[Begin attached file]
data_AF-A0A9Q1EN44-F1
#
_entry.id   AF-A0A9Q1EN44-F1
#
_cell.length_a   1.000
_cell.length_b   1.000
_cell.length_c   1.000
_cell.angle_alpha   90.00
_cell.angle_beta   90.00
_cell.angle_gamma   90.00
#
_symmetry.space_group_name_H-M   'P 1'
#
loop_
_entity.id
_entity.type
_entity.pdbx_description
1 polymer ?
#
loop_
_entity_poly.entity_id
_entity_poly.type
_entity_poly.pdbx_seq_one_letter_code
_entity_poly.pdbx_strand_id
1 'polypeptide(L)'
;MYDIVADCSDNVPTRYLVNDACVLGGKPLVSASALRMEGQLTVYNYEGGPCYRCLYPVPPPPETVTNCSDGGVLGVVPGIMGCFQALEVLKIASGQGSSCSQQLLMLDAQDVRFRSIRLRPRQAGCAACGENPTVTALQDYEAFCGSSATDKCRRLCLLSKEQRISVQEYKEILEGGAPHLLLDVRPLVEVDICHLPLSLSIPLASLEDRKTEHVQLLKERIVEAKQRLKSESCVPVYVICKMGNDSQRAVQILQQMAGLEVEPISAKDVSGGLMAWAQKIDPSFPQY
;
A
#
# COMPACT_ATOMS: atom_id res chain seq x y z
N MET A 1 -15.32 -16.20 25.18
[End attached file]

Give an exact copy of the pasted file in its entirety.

data_AF-A0A9Q1EN44-F1
#
_entry.id   AF-A0A9Q1EN44-F1
#
_cell.length_a   1.000
_cell.length_b   1.000
_cell.length_c   1.000
_cell.angle_alpha   90.00
_cell.angle_beta   90.00
_cell.angle_gamma   90.00
#
_symmetry.space_group_name_H-M   'P 1'
#
loop_
_entity.id
_entity.type
_entity.pdbx_description
1 polymer ?
#
loop_
_entity_poly.entity_id
_entity_poly.type
_entity_poly.pdbx_seq_one_letter_code
_entity_poly.pdbx_strand_id
1 'polypeptide(L)'
;MYDIVADCSDNVPTRYLVNDACVLGGKPLVSASALRMEGQLTVYNYEGGPCYRCLYPVPPPPETVTNCSDGGVLGVVPGIMGCFQALEVLKIASGQGSSCSQQLLMLDAQDVRFRSIRLRPRQAGCAACGENPTVTALQDYEAFCGSSATDKCRRLCLLSKEQRISVQEYKEILEGGAPHLLLDVRPLVEVDICHLPLSLSIPLASLEDRKTEHVQLLKERIVEAKQRLKSESCVPVYVICKMGNDSQRAVQILQQMAGLEVEPISAKDVSGGLMAWAQKIDPSFPQY
;
A
#
# COMPACT_ATOMS: atom_id res chain seq x y z
N MET A 1 -15.32 -16.20 25.18